Legislative Assembly for the ACT: 2021 Week 04 Hansard (Tuesday, 20 April 2021) . . Page.. 854 ..
are becoming more pervasive and more damaging. The ACT will need to increase adaptation and resilience to cope with this impact. That is why the government declared, in 2019, a climate emergency and recognised the need for more concerted action across all levels of government.
Recent modelling has identified the four most significant impacts of climate change for the ACT. Bushfires will be more frequent and severe as rainfall is reduced and temperatures increase. Heatwaves will become more frequent, they will be longer and they will be hotter, day and night. Droughts will become more frequent and prolonged, as rainfall will be seasonally much more variable. Severe storms will be more frequent and over a longer summer season, with flash flooding and violent winds a fact of life for us now.
The current focus of work across government has been on urban heat island mitigation and response to severe heat events. We have released the Canberra’s Living Infrastructure Plan as a next step in increasing adaptation and resilience. In the months ahead the government will work across all directorates to develop an understanding of the capability of the territory government to respond to climate risks. We will be developing a whole-of-government approach to adaptation and resilience in the territory.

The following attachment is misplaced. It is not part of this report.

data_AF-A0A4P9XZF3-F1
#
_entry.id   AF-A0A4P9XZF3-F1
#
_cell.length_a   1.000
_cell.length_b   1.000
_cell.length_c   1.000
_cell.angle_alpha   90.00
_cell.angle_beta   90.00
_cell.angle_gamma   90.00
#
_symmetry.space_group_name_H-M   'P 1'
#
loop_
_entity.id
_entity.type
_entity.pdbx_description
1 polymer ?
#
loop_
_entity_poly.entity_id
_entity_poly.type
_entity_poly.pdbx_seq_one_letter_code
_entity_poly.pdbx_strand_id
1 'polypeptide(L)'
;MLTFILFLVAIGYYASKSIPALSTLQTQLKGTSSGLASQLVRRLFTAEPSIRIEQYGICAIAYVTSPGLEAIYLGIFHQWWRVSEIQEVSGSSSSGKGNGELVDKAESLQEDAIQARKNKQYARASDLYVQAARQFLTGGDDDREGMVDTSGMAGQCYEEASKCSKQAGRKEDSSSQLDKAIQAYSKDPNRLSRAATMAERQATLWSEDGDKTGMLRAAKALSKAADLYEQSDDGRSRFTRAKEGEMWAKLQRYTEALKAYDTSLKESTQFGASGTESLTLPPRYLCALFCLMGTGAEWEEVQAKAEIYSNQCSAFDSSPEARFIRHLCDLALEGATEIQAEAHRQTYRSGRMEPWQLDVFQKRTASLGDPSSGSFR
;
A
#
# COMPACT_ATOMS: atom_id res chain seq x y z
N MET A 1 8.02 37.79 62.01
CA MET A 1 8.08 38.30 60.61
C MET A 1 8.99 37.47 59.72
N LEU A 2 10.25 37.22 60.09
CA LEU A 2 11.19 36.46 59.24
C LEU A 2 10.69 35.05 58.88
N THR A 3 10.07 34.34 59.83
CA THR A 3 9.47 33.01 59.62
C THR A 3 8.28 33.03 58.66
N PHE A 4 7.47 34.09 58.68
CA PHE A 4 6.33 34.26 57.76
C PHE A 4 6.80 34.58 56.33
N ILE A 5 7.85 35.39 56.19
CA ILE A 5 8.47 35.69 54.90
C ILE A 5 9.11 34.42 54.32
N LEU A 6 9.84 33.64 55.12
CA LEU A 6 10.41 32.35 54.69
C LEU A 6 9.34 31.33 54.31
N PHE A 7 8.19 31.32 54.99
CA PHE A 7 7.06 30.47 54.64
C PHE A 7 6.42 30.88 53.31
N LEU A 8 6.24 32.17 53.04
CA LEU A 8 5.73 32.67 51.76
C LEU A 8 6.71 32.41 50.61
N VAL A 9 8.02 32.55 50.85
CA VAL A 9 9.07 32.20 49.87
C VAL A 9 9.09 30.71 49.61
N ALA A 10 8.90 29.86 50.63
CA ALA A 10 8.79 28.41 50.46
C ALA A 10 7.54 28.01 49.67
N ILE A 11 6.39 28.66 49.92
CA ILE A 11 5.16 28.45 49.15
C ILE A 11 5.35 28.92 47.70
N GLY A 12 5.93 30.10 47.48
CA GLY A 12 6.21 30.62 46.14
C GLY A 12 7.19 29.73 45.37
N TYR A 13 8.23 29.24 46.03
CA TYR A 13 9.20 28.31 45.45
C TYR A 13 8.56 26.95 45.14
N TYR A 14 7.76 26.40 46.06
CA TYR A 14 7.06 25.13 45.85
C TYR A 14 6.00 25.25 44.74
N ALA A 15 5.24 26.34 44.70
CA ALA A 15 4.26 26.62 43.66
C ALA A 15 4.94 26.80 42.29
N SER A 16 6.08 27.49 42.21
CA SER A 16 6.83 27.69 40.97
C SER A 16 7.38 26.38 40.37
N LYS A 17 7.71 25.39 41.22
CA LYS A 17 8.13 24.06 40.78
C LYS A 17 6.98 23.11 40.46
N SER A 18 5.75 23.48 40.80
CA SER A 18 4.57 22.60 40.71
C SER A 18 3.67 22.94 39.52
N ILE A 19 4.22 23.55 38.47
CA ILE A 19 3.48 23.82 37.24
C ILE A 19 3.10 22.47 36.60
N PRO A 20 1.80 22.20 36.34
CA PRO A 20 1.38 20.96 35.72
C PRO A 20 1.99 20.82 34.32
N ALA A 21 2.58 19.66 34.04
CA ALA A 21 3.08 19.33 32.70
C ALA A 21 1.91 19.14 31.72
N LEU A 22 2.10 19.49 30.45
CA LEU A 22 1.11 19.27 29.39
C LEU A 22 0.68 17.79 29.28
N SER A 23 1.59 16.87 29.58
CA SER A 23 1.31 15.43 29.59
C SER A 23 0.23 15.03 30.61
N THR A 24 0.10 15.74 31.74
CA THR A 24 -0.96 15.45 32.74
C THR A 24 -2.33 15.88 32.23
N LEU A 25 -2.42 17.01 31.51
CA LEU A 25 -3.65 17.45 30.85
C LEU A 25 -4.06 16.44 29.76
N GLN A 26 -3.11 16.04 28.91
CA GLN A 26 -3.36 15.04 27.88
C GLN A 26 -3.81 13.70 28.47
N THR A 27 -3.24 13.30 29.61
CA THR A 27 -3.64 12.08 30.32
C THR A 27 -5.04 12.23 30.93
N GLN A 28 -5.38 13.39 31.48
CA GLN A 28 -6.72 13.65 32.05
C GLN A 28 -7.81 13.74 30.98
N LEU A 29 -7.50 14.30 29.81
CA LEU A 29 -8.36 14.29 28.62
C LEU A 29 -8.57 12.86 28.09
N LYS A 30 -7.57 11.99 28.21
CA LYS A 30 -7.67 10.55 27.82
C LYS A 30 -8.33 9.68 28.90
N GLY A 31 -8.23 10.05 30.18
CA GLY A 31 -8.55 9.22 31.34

With that, I ask that all further questions be placed on the notice paper.
Supplementary answers to questions without notice
MS VASSAROTTI: I will respond to some questions I took on notice on 30 March 2021 on urban vegetation from Ms Castley and Mr Parton. I was asked why the government had reduced tree, shrub and grass coverage in Canberra over the past eight years. The question referred to a recent report, Temperature Check: Greening Australia’s Warming Cities, by the Australian Conservation Foundation and the Monash Climate Change Communication Research Hub. This report claimed that total urban vegetation in Canberra had reduced from 62 per cent in 2013 to 34 per cent in 2020. This was clearly a concerning claim that required further investigation.
I am relieved to confirm that I did not fail to notice 60 per cent of Canberra’s vegetation disappearing some time after 2013. It was, in fact, a major error in the report. Noting that the original research was done by RMIT University and presented in the report, Mr Braddock’s office contacted the researchers from RMIT. The researchers confirmed that there was an error in the ACT results reported in the national assessment of urban tree cover.
I have included the technical details of this error in formal written responses to the members’ questions. The researchers are confident that this was an isolated error, affecting only ACT data, and have now recalculated the ACT-wide results published in the report. Their corrected results show that the combined tree and shrub coverage in the ACT in 2013 was 61.7 per cent. It actually increased to 67.4 per cent in 2020. Canberra and Hobart are the only capital cities that had more vegetation in 2020 than in 2013.